Sunday, January 13, 2019


(me before I got old)

There have not been many times in my life that I truly wanted help from the mental health system.  Truthfully,  I cannot think of a single one.  I could use help now because of the heart breaking and soul shattering pain of the death of my precious friend and wife Patty.  People say I must go on.  They say it will get better.  They use words like recovery as though grief was an addiction.  I want to scream when folks ask me how I am doing.  I am not "doing." I do not even consider this living.

In a conversation with a friend the other day my friend said she had never experienced depression.  I was not as kind as I should have been because I began a long and not very quiet speech about the fact she knew everything about depression because living with deep abiding grief was no different than depression because they both had the very same results on the mind, body and soul.  The difference being that there was not a medication that was likely to do much for deep abiding grief.

That is why I wish the mental health system was not set up against us.  It forces us to lie to the mental health professionals trying to help.  If I am too truthful I risk being locked away on a unit in a hospital behind doors I do not have the keys to.  How can this be true?  Because the state has decided it can declare "parental rights" and ownership of anyone deemed dangerous to self or others or just "too mentally ill" to make good decisions for themselves.

You may think this sounds right.  May I remind you that in both the Jewish and Christian traditions the Creator gave humans free will.  If my Creator did not retain "parental rights" how did we ever come to believe the state had the right to declare it was OK to lock a 70 year old man up who had not committed a crime simply because the state didn't like the state of my mind?

The result of this absurdity is that I am forced to lie to my therapist at a time my therapist might be able to offer real help if I could be real with my therapist.  The laws allowing forced treatment prevent that.  All this means I am left with partial help and since there is little chance the laws will be changed I will never be able to be myself with my therapist.

© Ed Cooper, 1/13/2019, Stoney Creek, TN, Appalachia
    All rights reserved 

Wednesday, January 09, 2019


Why do you grieve for a man
who would ask you out for breakfast
and then take you to a motel
with a sign on it for a free breakfast?

Why do you go on in such pain
when it would be so easy to end
a soul that never sees the sun
and a heart that beats so cold.

Don’t speak to me of some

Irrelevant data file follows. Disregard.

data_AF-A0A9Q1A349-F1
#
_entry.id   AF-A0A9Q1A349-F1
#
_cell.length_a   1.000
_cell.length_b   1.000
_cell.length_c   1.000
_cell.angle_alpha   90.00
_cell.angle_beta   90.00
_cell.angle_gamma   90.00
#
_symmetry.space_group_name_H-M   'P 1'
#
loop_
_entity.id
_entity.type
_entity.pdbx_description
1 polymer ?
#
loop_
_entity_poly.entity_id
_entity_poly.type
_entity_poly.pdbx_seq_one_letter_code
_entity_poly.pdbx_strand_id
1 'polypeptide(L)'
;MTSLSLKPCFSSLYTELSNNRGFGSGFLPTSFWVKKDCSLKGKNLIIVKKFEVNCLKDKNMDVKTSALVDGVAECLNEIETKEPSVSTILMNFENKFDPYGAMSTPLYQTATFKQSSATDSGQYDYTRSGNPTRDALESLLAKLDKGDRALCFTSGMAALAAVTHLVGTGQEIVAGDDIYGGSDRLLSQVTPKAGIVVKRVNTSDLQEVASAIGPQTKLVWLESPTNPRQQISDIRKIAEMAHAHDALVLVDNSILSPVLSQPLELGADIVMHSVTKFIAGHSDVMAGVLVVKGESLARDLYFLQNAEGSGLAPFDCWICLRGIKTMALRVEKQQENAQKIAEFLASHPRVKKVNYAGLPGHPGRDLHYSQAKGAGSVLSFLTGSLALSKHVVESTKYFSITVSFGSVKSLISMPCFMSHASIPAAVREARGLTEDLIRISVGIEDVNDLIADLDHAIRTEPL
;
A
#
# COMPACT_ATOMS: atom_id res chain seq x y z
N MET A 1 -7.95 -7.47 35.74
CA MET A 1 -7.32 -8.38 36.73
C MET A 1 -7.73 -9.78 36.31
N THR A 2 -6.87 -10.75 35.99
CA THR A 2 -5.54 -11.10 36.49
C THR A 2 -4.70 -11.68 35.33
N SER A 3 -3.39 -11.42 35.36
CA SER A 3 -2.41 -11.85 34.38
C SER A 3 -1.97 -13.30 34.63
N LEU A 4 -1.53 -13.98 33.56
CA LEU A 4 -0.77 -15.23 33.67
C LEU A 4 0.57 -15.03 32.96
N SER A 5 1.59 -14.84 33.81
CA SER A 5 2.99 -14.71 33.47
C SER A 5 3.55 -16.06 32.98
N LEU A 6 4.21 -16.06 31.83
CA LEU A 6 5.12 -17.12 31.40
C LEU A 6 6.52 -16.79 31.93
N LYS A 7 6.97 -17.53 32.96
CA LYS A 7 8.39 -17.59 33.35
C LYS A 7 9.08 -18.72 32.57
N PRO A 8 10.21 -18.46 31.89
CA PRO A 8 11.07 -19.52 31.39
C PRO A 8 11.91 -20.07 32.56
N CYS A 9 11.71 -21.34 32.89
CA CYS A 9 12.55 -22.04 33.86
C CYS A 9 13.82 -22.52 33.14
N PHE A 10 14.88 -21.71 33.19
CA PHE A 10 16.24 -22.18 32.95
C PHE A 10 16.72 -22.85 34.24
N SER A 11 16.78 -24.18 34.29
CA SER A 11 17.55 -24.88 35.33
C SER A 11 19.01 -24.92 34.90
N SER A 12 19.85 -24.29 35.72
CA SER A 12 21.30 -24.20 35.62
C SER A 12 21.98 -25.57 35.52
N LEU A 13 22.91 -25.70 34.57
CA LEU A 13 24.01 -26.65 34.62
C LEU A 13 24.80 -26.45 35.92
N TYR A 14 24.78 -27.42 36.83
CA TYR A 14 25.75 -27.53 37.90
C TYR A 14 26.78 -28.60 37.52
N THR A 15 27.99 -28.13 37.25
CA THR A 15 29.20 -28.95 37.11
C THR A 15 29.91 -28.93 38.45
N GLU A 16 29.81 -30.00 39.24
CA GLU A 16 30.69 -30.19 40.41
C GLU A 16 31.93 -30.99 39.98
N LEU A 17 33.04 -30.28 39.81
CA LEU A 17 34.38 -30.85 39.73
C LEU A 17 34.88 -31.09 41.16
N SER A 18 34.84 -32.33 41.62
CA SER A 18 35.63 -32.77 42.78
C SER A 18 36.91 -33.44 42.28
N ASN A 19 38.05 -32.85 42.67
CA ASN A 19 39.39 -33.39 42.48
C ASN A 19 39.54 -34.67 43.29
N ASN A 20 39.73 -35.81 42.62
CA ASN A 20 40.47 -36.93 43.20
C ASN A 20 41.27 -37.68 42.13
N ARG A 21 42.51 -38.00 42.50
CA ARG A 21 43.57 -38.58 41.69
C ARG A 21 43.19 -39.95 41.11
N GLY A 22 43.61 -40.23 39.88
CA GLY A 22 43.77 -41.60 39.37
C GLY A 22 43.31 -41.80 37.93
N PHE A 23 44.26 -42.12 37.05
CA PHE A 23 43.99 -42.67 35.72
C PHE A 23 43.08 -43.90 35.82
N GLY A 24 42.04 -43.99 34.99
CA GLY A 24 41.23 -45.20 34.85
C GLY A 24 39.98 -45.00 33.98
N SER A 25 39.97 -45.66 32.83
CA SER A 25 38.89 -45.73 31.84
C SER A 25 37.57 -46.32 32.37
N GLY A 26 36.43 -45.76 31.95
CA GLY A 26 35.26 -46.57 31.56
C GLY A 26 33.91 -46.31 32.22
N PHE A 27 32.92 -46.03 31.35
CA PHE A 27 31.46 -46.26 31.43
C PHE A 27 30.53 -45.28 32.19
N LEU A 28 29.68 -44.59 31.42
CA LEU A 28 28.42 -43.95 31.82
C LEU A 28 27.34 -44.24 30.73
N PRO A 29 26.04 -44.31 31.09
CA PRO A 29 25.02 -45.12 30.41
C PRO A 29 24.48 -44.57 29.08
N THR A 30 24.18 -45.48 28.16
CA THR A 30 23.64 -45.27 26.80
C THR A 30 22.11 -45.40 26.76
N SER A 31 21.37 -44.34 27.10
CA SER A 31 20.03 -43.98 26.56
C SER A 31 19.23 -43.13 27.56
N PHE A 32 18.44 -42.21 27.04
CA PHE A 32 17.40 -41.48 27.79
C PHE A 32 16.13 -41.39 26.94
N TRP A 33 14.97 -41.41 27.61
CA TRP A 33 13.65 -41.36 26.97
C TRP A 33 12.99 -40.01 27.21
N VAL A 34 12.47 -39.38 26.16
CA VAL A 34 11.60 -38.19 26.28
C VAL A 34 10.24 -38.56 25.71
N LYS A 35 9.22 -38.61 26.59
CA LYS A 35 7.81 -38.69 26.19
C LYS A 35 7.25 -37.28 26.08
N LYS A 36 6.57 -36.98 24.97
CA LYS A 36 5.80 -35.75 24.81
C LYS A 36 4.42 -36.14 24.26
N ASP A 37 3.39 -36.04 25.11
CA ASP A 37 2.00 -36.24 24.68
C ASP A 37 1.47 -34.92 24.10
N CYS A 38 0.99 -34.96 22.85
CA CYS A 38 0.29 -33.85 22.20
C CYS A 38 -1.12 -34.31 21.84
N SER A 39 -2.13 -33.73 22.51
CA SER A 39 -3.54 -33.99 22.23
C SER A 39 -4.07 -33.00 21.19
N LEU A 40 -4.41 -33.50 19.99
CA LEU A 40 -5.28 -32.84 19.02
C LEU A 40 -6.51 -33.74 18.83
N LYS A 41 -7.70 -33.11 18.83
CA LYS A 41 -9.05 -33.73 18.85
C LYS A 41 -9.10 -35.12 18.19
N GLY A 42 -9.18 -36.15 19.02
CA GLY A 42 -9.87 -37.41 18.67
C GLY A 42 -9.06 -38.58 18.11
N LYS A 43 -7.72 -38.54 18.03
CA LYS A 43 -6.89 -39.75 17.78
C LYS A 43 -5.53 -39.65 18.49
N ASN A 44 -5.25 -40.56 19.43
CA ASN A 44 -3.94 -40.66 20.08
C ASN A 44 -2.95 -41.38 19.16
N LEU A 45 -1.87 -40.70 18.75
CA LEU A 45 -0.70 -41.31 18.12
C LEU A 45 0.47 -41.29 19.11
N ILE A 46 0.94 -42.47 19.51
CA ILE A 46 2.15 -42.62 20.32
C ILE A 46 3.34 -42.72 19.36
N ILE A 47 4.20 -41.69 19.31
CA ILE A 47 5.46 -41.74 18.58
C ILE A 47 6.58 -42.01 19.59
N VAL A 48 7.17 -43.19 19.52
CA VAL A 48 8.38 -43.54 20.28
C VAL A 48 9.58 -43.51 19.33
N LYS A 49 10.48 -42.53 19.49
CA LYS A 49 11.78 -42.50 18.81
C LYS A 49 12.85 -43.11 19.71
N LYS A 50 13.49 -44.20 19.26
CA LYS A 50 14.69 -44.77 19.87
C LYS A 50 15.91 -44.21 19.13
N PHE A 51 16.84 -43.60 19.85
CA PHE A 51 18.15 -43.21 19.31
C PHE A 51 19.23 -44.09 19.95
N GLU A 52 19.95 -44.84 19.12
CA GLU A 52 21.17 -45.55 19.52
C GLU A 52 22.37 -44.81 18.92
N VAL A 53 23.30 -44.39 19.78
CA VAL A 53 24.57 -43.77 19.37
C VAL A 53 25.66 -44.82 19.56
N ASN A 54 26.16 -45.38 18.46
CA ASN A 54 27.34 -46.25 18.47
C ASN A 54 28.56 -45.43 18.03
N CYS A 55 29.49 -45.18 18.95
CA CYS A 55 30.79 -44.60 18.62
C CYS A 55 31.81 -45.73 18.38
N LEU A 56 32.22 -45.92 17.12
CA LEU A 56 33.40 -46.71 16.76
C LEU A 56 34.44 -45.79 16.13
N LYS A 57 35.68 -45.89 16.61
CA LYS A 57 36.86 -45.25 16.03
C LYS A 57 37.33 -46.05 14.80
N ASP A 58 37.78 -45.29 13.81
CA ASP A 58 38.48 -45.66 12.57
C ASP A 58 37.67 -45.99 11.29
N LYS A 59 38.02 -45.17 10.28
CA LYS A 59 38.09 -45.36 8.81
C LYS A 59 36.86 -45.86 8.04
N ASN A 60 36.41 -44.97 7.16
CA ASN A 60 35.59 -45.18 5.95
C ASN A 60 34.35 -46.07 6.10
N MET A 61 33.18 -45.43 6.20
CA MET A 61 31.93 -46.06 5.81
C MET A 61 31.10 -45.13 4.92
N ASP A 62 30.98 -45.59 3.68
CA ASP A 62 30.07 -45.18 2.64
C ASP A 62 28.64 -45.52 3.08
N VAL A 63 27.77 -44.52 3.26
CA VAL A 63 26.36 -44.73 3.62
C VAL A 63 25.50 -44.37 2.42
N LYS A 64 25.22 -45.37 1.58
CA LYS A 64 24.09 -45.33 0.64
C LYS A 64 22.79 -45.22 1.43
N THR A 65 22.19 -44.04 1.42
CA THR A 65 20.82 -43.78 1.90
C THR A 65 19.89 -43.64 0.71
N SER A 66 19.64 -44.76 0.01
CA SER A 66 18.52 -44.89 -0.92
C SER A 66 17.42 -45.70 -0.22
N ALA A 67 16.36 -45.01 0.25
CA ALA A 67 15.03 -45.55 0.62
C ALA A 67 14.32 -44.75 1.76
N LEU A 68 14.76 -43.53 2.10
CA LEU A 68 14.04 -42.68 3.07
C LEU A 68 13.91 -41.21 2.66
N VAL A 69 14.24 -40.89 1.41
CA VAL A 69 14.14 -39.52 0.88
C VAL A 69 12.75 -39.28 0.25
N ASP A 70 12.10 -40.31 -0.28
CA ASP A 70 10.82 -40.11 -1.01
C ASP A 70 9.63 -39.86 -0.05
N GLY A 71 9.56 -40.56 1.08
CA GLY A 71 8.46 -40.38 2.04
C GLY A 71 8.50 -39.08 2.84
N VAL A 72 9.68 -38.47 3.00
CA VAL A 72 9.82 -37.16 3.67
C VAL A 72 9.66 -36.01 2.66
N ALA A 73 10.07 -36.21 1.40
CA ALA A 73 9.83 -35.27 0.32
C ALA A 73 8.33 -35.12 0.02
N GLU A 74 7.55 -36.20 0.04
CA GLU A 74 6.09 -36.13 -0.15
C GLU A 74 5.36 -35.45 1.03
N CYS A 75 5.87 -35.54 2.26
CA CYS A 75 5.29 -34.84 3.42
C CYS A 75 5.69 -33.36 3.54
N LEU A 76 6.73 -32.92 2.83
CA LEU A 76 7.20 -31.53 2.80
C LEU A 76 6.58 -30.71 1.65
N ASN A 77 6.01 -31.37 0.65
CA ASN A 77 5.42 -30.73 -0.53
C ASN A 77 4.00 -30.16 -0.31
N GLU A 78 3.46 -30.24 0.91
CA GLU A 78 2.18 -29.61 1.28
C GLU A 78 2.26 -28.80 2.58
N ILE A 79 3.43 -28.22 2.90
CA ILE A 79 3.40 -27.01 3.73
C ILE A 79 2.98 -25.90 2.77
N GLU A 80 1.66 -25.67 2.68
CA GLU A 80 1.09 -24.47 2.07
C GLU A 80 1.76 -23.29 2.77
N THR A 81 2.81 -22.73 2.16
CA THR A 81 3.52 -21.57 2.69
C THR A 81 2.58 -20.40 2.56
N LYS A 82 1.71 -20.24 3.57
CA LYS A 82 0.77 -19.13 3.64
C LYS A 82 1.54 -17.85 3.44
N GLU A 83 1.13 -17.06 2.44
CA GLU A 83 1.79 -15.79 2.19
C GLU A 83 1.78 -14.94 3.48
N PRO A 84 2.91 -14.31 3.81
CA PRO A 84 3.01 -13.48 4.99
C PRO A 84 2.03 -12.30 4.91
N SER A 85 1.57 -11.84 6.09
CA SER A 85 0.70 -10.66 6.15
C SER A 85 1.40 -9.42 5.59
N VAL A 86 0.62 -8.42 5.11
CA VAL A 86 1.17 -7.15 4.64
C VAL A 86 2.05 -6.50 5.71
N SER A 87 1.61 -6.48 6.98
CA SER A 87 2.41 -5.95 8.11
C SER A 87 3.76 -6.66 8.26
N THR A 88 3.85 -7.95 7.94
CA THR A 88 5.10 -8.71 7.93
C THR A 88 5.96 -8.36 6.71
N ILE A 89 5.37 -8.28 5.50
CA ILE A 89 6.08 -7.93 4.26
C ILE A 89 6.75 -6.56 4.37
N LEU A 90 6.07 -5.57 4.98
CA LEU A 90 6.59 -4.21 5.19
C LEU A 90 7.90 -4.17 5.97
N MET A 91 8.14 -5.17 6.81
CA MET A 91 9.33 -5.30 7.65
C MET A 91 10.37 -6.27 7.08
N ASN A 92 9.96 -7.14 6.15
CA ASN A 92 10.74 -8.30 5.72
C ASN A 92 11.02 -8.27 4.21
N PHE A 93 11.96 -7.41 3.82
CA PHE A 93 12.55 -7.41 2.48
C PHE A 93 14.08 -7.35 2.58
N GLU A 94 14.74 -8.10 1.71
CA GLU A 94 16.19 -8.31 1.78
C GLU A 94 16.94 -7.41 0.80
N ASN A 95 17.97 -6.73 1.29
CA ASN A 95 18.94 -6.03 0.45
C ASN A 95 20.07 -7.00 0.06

higher noble purpose as the reason
you were left behind to suffer alone
without the one who made you whole.

Even if that were so
you do not believe it
and it gives your soul
not one small bit of solace.

The truth is you will not
be whole again until
he takes you out on another
wild man adventure in the heavens.

© Ed Cooper, January 9, 2019, Stoney Creek, TN, Appalachia
All rights reserved

Tuesday, January 01, 2019


Patty Cooper (October 18, 1946- November 18, 2018)

I am republishing this blog first published in January 2008 because Patty strongly believed both in the individual and the community.

FERTILE INNER SELF/ January 3, 2008
Bobbie Ann Mason, a native of my home state of Kentucky, has a character (Emmett, a Vietnam vet) in her book In Country say “If you can think about something like birds, you can get outside of yourself, and it doesn’t hurt as much. That’s the whole idea. That’s the whole challenge for the human race. Think about that. Put your thinking cap on Sam (a teenage girl). Put that in your pipe and smoke it! But I can barely get to the point where I can be a self to get out of.”
Being a self sounds simple enough, but is it really? We all are being something, but when I look around me most people seem to be trying to be like each other. Others are totally absorbed in either their jobs or their kids. I am not sure they even know who they are. Do they have an identity other than their work or through their kids?
You can find tons of stuff written about community now days. In fact, I write about it here often. It is important, but you can not become a strong member of a community if you don’t know who you are. A strong community is made up of strong selves.
You may ask how can that be. Don’t you have to give up self when you enter a community or a marriage? Only if you are entering a cult or marrying a control freak. Let me ask you this. Did Jesus when he came into the world community stop being Jesus? Did Moses have a strong self as he led the Hebrew people out of bondage? Did Gandhi or Martin Luther King, Jr. have strong selves as they advocated for the freedom and rights of all people?
I understand and have written in this blog about the importance of community. Nothing I am saying here changes that. The point here is that individuals are the building blocks of communities and the stronger they are the stronger the community will be.
Trauma, especially early and prolonged childhood sexual trauma, can damage the ability to form a concept of self. The stigma of psychiatric labels can also make it hard to develop a sound self. There are other social, psychological, genetic, and spiritual factors that get in the way. Developing a strong inner self is not simple nor is there a single pathway one must take. However, let me leave you with this thought. Is not the safest and wisest place to plant and grow your fruitful and fertile inner self in the loving arms of our Creator?
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